Facebook Pixel

The Basics of Gum Disease

By HERWriter
Rate This

Hormones – Particularly for women, the soft tissue (gums) in the mouth may react to the hormonal changes at the onset of puberty, menopause or pregnancy. In fact, recent studies show that pregnant women with periodontal disease are seven times more likely to deliver preterm, low-weight babies!

Diabetes – Diabetics are at a higher risk of developing infections (including periodontal disease). If a diabetic’s body is busy fighting off an infection, it may impair their body’s ability to process and use insulin.

Types of Gum Disease

There are two main types of periodontal disease: gingivitis and periodontitis.

Gingivitis is a condition that affects the “gingiva” or gums, also known as soft tissue. Gingivitis is the mildest form of gum disease and is usually manifested in red, swollen, and tender tissues, and bleeding of tissues during brushing, eating, and flossing.

Periodontitis develops when gingivitis is left untreated and when plaque spreads below the gum line. When this happens and the body starts reacting to the infection, both tooth and gum tissues start to break down leading to gum recession, root canals, extractions, or tooth loss.

Symptoms of Gum Disease

If you experience any of these symptoms, either one or several, report them to your dentist immediately.

- red, swollen, tender gum tissue
- bleeding while brushing, flossing, or eating
- gum recession (where the gum pulls away from a tooth, making it appear longer than normal and maybe exposing the root)
- loose teeth
- persistent bad breath (which is caused by bacteria)

Treatment for Gum Disease

The most common treatment for periodontal disease is scaling and root planing. During this procedure a hygienist or dentist will scrape below the gum line to clean away any plaque and calculus (tartar or hardened plaque) out of the pockets that have developed as a result of the presence of bacteria. They may also follow up with anti-bacterial rinses.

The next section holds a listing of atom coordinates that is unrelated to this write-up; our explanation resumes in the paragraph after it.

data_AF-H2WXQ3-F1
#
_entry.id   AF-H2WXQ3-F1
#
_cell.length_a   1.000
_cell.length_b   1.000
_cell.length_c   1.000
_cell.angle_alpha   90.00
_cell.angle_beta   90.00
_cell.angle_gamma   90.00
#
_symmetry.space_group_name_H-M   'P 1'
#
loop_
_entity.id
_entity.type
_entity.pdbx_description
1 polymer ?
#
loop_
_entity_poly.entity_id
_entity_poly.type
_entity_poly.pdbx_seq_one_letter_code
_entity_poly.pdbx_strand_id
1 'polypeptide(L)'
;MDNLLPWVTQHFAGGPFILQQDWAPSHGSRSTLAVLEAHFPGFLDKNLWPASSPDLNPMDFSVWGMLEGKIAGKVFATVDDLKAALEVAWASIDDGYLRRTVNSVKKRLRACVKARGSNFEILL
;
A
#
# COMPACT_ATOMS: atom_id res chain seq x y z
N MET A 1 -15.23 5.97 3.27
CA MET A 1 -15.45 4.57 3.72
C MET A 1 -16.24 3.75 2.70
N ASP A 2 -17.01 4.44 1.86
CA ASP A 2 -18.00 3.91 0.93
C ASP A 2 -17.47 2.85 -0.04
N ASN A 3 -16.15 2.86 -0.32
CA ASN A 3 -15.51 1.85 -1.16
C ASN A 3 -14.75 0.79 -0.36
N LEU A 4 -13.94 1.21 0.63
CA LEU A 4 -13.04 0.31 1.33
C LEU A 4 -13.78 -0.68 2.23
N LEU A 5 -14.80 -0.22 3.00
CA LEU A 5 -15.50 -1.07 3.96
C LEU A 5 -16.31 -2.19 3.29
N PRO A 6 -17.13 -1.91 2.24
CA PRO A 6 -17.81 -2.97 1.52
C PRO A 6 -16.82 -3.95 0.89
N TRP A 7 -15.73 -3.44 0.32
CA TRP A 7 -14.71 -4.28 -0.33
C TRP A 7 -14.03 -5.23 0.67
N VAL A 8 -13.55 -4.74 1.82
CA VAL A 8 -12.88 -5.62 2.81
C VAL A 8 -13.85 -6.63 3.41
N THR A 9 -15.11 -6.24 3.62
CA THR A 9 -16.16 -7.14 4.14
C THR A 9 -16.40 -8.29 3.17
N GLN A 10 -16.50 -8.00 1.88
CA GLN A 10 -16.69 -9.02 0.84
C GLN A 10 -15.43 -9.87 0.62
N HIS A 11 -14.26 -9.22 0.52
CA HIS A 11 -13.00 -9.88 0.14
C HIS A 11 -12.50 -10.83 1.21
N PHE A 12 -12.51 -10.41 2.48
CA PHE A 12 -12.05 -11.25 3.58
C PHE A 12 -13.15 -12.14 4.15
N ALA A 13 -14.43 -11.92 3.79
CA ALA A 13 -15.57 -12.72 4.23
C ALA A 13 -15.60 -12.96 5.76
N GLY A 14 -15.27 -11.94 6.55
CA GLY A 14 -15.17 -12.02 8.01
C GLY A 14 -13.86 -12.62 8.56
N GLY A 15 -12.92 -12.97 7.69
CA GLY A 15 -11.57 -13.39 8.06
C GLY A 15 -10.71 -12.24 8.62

For many patients this will be sufficient and aside from having to be more diligent in their brushing and flossing will likely not have another flare up.

Add a Comment4 Comments

EmpowHER Guest

Hi Darlene,Your article is very interesting.I ve undergone a root planning treatment long ago.But i found in the following link that there are many more treatments coming out for the purpose of serving gum diseases.May be you could see the link below,
Thanks for sharing great information.

August 12, 2009 - 12:19am
HERWriter (reply to Anonymous)

Thank you. I will look that information up. That's one of the great things about a network like this. Without really knowing we end up expounding on someone else's information, or we can link people with new information.

August 12, 2009 - 4:32am
EmpowHER Guest

I found your article interesting and very informative. I have found some interesting information on the subject of Gum dieses at www.americasholisticdentist.com

August 4, 2009 - 12:29pm
HERWriter (reply to Anonymous)

Thank you. These are by no means the only treatments available. They are just the more conventional dental treatments. I will be examining some of these surgeries in more detail in future articles.

August 4, 2009 - 12:49pm
Enter the characters shown in the image.
By submitting this form, you agree to EmpowHER's terms of service and privacy policy
Add a Comment

We value and respect our HERWriters' experiences, but everyone is different. Many of our writers are speaking from personal experience, and what's worked for them may not work for you. Their articles are not a substitute for medical advice, although we hope you can gain knowledge from their insight.

Gum Disease

Get Email Updates

Related Topics

Gum Disease Guide

Have a question? We're here to help. Ask the Community.


Health Newsletter

Receive the latest and greatest in women's health and wellness from EmpowHER - for free!